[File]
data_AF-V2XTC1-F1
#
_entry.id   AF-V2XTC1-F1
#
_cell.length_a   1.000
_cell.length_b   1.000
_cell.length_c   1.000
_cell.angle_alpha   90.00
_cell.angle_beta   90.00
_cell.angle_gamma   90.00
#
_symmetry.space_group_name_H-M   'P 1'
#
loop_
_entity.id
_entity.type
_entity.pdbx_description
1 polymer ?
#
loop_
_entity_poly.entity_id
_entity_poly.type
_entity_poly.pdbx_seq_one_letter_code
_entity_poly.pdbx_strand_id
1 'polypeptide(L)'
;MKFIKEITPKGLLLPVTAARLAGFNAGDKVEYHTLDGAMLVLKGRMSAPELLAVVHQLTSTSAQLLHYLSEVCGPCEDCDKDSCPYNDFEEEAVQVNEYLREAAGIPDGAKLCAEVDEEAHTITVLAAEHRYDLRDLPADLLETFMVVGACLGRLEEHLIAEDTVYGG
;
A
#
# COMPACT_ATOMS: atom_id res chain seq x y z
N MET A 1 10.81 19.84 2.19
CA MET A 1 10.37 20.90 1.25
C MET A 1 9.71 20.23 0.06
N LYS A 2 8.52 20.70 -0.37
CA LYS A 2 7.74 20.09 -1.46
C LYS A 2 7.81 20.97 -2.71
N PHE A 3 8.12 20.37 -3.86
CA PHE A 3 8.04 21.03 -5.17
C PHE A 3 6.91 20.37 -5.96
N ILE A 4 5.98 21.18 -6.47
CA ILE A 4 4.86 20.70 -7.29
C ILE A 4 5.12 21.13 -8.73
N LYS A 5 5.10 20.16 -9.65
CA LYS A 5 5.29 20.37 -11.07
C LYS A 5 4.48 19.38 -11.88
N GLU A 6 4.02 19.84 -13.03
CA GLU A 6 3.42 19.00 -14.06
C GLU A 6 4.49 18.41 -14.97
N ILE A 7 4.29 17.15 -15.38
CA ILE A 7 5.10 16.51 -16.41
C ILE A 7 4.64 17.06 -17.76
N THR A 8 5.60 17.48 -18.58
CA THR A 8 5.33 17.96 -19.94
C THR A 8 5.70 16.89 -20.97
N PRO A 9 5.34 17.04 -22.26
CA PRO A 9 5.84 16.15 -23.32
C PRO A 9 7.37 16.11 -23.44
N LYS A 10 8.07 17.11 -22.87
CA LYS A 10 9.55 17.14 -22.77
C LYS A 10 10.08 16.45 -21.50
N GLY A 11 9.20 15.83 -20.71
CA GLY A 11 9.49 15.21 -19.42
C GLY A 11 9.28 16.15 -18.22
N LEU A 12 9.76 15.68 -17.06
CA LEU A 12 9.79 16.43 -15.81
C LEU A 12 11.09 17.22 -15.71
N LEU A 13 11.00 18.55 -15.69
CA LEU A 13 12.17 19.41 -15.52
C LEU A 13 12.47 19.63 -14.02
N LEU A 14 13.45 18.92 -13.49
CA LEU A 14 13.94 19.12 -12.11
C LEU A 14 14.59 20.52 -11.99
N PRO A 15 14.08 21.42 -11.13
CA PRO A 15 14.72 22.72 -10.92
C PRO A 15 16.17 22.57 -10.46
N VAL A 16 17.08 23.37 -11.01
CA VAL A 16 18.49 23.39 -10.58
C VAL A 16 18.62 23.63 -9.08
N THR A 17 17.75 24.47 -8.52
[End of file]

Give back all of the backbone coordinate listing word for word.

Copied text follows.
data_AF-V2XTC1-F1
#
_entry.id   AF-V2XTC1-F1
#
_cell.length_a   1.000
_cell.length_b   1.000
_cell.length_c   1.000
_cell.angle_alpha   90.00
_cell.angle_beta   90.00
_cell.angle_gamma   90.00
#
_symmetry.space_group_name_H-M   'P 1'
#
loop_
_entity.id
_entity.type
_entity.pdbx_description
1 polymer ?
#
loop_
_entity_poly.entity_id
_entity_poly.type
_entity_poly.pdbx_seq_one_letter_code
_entity_poly.pdbx_strand_id
1 'polypeptide(L)'
;MKFIKEITPKGLLLPVTAARLAGFNAGDKVEYHTLDGAMLVLKGRMSAPELLAVVHQLTSTSAQLLHYLSEVCGPCEDCDKDSCPYNDFEEEAVQVNEYLREAAGIPDGAKLCAEVDEEAHTITVLAAEHRYDLRDLPADLLETFMVVGACLGRLEEHLIAEDTVYGG
;
A
#
# COMPACT_ATOMS: atom_id res chain seq x y z
N MET A 1 10.81 19.84 2.19
CA MET A 1 10.37 20.90 1.25
C MET A 1 9.71 20.23 0.06
N LYS A 2 8.52 20.70 -0.37
CA LYS A 2 7.74 20.09 -1.46
C LYS A 2 7.81 20.97 -2.71
N PHE A 3 8.12 20.37 -3.86
CA PHE A 3 8.04 21.03 -5.17
C PHE A 3 6.91 20.37 -5.96
N ILE A 4 5.98 21.18 -6.47
CA ILE A 4 4.86 20.70 -7.29
C ILE A 4 5.12 21.13 -8.73
N LYS A 5 5.10 20.16 -9.65
CA LYS A 5 5.29 20.37 -11.07
C LYS A 5 4.48 19.38 -11.88
N GLU A 6 4.02 19.84 -13.03
CA GLU A 6 3.42 19.00 -14.06
C GLU A 6 4.49 18.41 -14.97
N ILE A 7 4.29 17.15 -15.38
CA ILE A 7 5.10 16.51 -16.41
C ILE A 7 4.64 17.06 -17.76
N THR A 8 5.60 17.48 -18.58
CA THR A 8 5.33 17.96 -19.94
C THR A 8 5.70 16.89 -20.97
N PRO A 9 5.34 17.04 -22.26
CA PRO A 9 5.84 16.15 -23.32
C PRO A 9 7.37 16.11 -23.44
N LYS A 10 8.07 17.11 -22.87
CA LYS A 10 9.55 17.14 -22.77
C LYS A 10 10.08 16.45 -21.50
N GLY A 11 9.20 15.83 -20.71
CA GLY A 11 9.49 15.21 -19.42
C GLY A 11 9.28 16.15 -18.22
N LEU A 12 9.76 15.68 -17.06
CA LEU A 12 9.79 16.43 -15.81
C LEU A 12 11.09 17.22 -15.71
N LEU A 13 11.00 18.55 -15.69
CA LEU A 13 12.17 19.41 -15.52
C LEU A 13 12.47 19.63 -14.02
N LEU A 14 13.45 18.92 -13.49
CA LEU A 14 13.94 19.12 -12.11
C LEU A 14 14.59 20.52 -11.99
N PRO A 15 14.08 21.42 -11.13
CA PRO A 15 14.72 22.72 -10.92
C PRO A 15 16.17 22.57 -10.46
N VAL A 16 17.08 23.37 -11.01
CA VAL A 16 18.49 23.39 -10.58
C VAL A 16 18.62 23.63 -9.08
N THR A 17 17.75 24.47 -8.52